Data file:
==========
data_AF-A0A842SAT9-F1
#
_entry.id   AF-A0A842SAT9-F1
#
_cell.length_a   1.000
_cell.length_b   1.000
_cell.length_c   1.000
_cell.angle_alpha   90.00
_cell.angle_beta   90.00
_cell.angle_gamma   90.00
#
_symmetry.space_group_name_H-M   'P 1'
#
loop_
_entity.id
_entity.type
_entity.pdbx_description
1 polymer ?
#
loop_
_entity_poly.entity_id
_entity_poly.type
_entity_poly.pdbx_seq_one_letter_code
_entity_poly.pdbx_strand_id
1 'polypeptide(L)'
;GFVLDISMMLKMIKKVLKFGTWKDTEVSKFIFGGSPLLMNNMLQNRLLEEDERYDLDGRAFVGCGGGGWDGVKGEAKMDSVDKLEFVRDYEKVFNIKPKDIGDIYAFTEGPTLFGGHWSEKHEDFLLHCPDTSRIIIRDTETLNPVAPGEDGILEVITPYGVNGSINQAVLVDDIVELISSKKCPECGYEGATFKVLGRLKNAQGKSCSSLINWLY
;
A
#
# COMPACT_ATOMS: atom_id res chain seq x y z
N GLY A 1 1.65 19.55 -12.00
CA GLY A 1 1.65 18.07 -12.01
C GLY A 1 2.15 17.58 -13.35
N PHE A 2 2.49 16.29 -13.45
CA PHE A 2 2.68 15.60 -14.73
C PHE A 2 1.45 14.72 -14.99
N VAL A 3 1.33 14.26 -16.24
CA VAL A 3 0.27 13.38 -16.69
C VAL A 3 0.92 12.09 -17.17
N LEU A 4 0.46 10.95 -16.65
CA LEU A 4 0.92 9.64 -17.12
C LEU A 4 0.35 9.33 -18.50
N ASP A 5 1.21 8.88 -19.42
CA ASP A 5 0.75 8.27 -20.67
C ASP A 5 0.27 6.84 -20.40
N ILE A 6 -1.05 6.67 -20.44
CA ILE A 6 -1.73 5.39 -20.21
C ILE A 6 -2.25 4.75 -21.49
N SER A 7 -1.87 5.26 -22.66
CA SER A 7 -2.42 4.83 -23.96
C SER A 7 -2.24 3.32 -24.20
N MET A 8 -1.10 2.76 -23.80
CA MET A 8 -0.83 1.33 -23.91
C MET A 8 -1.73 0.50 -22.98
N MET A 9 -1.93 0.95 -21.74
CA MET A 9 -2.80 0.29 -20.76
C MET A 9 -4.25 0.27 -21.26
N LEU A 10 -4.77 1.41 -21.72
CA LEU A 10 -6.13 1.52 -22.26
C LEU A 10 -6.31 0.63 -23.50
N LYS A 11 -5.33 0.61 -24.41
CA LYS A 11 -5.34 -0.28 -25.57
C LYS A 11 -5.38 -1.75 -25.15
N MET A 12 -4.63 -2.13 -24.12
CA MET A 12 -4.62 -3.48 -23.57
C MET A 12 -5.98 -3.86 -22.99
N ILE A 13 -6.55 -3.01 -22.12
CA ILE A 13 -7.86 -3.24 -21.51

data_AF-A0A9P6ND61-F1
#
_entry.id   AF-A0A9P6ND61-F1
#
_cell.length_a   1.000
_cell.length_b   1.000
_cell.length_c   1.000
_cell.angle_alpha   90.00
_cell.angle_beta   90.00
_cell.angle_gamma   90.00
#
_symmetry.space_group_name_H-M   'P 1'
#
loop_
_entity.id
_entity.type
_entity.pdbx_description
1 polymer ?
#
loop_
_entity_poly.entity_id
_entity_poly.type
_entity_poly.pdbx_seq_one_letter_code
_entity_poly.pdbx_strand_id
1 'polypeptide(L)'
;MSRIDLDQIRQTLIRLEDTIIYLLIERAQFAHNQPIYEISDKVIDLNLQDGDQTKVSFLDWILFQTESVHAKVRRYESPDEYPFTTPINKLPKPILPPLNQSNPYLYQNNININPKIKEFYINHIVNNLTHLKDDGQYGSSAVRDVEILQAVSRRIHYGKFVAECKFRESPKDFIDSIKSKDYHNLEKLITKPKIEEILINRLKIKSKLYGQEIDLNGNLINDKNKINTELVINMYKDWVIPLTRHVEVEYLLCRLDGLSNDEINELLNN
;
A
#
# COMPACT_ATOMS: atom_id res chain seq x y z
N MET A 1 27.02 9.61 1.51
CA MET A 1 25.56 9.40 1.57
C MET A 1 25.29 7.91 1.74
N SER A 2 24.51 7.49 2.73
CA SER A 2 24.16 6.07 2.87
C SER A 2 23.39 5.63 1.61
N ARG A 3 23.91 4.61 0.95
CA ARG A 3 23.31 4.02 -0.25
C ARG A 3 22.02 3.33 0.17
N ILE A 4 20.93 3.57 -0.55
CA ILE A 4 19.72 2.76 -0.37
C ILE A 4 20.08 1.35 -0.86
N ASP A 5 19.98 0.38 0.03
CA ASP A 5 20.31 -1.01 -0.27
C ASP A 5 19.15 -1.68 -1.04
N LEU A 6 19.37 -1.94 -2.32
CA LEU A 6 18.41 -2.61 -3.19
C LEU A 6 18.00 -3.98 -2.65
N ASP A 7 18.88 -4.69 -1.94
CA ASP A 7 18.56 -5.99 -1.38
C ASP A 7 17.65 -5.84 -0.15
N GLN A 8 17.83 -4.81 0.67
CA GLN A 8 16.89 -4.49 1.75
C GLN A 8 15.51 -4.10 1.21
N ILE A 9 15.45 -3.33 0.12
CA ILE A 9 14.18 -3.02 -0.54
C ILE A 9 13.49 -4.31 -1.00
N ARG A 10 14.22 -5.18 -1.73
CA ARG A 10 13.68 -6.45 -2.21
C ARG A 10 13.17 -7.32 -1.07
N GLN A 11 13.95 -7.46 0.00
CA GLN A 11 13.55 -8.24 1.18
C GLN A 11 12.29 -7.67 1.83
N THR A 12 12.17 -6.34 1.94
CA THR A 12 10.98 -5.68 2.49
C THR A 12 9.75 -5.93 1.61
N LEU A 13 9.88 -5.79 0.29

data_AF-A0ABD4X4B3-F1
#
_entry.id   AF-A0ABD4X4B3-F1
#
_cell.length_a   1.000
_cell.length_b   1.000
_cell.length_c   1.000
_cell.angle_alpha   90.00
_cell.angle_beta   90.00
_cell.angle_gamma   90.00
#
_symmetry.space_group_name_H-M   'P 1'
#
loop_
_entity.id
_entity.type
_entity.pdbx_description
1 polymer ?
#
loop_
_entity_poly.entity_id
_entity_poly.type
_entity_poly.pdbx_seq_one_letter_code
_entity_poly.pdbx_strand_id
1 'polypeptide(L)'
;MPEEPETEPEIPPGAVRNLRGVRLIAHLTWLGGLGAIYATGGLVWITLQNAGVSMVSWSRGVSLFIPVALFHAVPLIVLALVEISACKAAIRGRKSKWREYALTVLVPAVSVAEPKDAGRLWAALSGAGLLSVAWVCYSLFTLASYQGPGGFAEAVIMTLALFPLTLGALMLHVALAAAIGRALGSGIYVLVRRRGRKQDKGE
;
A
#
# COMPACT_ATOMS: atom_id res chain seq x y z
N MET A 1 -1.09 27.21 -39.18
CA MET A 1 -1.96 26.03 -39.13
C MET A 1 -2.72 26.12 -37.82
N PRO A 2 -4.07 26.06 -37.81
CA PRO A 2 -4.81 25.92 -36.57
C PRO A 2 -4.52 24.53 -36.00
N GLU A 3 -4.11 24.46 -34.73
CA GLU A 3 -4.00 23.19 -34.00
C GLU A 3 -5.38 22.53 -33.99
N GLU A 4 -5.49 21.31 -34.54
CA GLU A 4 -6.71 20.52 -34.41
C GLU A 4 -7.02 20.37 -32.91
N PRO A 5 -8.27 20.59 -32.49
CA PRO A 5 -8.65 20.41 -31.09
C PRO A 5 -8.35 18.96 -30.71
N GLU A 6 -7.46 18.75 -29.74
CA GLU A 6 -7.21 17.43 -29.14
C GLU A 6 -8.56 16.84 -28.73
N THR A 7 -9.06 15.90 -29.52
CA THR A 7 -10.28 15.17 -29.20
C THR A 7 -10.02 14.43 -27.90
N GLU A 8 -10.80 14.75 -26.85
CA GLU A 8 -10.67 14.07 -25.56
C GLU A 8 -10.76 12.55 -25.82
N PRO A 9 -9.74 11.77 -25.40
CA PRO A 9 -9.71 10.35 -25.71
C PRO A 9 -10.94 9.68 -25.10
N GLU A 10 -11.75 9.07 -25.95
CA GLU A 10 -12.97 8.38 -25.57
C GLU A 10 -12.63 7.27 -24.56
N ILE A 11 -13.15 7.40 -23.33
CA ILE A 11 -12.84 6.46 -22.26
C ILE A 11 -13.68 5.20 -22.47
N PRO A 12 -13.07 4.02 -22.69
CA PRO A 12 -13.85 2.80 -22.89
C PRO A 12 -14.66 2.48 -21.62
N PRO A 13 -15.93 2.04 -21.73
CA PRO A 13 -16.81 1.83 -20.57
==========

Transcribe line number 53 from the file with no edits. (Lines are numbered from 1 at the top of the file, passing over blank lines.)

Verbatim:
CA MET A 8 -0.83 1.33 -23.91